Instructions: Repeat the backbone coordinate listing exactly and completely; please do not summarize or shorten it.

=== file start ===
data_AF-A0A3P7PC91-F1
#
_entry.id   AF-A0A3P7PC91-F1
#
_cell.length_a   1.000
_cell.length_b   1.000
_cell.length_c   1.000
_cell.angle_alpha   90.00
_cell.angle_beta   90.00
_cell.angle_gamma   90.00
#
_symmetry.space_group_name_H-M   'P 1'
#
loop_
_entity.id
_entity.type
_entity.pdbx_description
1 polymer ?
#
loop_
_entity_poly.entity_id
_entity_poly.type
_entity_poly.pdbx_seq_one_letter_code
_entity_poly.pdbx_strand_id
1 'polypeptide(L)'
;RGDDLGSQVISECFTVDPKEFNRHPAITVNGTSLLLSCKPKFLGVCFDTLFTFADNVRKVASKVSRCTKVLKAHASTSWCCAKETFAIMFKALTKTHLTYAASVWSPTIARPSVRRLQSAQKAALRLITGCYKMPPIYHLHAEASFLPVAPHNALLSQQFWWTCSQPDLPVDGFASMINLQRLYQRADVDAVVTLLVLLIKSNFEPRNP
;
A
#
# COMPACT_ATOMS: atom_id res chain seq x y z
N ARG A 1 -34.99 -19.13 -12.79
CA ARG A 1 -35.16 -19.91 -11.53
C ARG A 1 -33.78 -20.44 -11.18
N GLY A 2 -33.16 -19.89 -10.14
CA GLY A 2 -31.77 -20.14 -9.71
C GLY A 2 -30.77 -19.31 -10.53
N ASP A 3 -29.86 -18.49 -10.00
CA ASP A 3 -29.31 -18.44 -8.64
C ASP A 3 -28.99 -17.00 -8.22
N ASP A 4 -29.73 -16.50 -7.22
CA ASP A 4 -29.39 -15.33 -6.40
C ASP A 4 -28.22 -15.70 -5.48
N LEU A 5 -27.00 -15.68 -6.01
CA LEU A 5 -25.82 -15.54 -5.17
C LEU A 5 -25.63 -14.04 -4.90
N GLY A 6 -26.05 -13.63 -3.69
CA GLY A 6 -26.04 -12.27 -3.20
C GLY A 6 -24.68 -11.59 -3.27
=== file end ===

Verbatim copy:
data_AF-A0A3P7PC91-F1
#
_entry.id   AF-A0A3P7PC91-F1
#
_cell.length_a   1.000
_cell.length_b   1.000
_cell.length_c   1.000
_cell.angle_alpha   90.00
_cell.angle_beta   90.00
_cell.angle_gamma   90.00
#
_symmetry.space_group_name_H-M   'P 1'
#
loop_
_entity.id
_entity.type
_entity.pdbx_description
1 polymer ?
#
loop_
_entity_poly.entity_id
_entity_poly.type
_entity_poly.pdbx_seq_one_letter_code
_entity_poly.pdbx_strand_id
1 'polypeptide(L)'
;RGDDLGSQVISECFTVDPKEFNRHPAITVNGTSLLLSCKPKFLGVCFDTLFTFADNVRKVASKVSRCTKVLKAHASTSWCCAKETFAIMFKALTKTHLTYAASVWSPTIARPSVRRLQSAQKAALRLITGCYKMPPIYHLHAEASFLPVAPHNALLSQQFWWTCSQPDLPVDGFASMINLQRLYQRADVDAVVTLLVLLIKSNFEPRNP
;
A
#
# COMPACT_ATOMS: atom_id res chain seq x y z
N ARG A 1 -34.99 -19.13 -12.79
CA ARG A 1 -35.16 -19.91 -11.53
C ARG A 1 -33.78 -20.44 -11.18
N GLY A 2 -33.16 -19.89 -10.14
CA GLY A 2 -31.77 -20.14 -9.71
C GLY A 2 -30.77 -19.31 -10.53
N ASP A 3 -29.86 -18.49 -10.00
CA ASP A 3 -29.31 -18.44 -8.64
C ASP A 3 -28.99 -17.00 -8.22
N ASP A 4 -29.73 -16.50 -7.22
CA ASP A 4 -29.39 -15.33 -6.40
C ASP A 4 -28.22 -15.70 -5.48
N LEU A 5 -27.00 -15.68 -6.01
CA LEU A 5 -25.82 -15.54 -5.17
C LEU A 5 -25.63 -14.04 -4.90
N GLY A 6 -26.05 -13.63 -3.69
CA GLY A 6 -26.04 -12.27 -3.20
C GLY A 6 -24.68 -11.59 -3.27